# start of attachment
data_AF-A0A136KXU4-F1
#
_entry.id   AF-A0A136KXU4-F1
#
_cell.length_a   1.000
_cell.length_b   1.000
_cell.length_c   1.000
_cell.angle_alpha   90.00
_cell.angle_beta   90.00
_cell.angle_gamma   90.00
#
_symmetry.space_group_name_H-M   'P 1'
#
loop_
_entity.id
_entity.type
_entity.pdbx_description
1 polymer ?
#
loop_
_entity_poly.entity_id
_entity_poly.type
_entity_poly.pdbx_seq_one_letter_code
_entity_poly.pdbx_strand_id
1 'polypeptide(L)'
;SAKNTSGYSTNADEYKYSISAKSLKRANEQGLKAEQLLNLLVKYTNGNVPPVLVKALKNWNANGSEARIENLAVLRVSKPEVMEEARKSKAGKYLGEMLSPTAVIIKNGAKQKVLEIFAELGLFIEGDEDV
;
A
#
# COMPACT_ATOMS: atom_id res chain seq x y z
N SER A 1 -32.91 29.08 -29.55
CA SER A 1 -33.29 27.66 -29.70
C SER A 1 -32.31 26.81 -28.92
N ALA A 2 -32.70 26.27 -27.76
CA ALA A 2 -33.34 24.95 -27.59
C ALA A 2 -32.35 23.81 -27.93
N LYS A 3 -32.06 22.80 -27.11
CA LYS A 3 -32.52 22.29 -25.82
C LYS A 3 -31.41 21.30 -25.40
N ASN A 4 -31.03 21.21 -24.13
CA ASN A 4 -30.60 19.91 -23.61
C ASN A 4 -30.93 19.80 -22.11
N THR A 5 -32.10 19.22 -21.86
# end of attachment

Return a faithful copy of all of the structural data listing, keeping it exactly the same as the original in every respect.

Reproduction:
data_AF-A0A136KXU4-F1
#
_entry.id   AF-A0A136KXU4-F1
#
_cell.length_a   1.000
_cell.length_b   1.000
_cell.length_c   1.000
_cell.angle_alpha   90.00
_cell.angle_beta   90.00
_cell.angle_gamma   90.00
#
_symmetry.space_group_name_H-M   'P 1'
#
loop_
_entity.id
_entity.type
_entity.pdbx_description
1 polymer ?
#
loop_
_entity_poly.entity_id
_entity_poly.type
_entity_poly.pdbx_seq_one_letter_code
_entity_poly.pdbx_strand_id
1 'polypeptide(L)'
;SAKNTSGYSTNADEYKYSISAKSLKRANEQGLKAEQLLNLLVKYTNGNVPPVLVKALKNWNANGSEARIENLAVLRVSKPEVMEEARKSKAGKYLGEMLSPTAVIIKNGAKQKVLEIFAELGLFIEGDEDV
;
A
#
# COMPACT_ATOMS: atom_id res chain seq x y z
N SER A 1 -32.91 29.08 -29.55
CA SER A 1 -33.29 27.66 -29.70
C SER A 1 -32.31 26.81 -28.92
N ALA A 2 -32.70 26.27 -27.76
CA ALA A 2 -33.34 24.95 -27.59
C ALA A 2 -32.35 23.81 -27.93
N LYS A 3 -32.06 22.80 -27.11
CA LYS A 3 -32.52 22.29 -25.82
C LYS A 3 -31.41 21.30 -25.40
N ASN A 4 -31.03 21.21 -24.13
CA ASN A 4 -30.60 19.91 -23.61
C ASN A 4 -30.93 19.80 -22.11
N THR A 5 -32.10 19.22 -21.86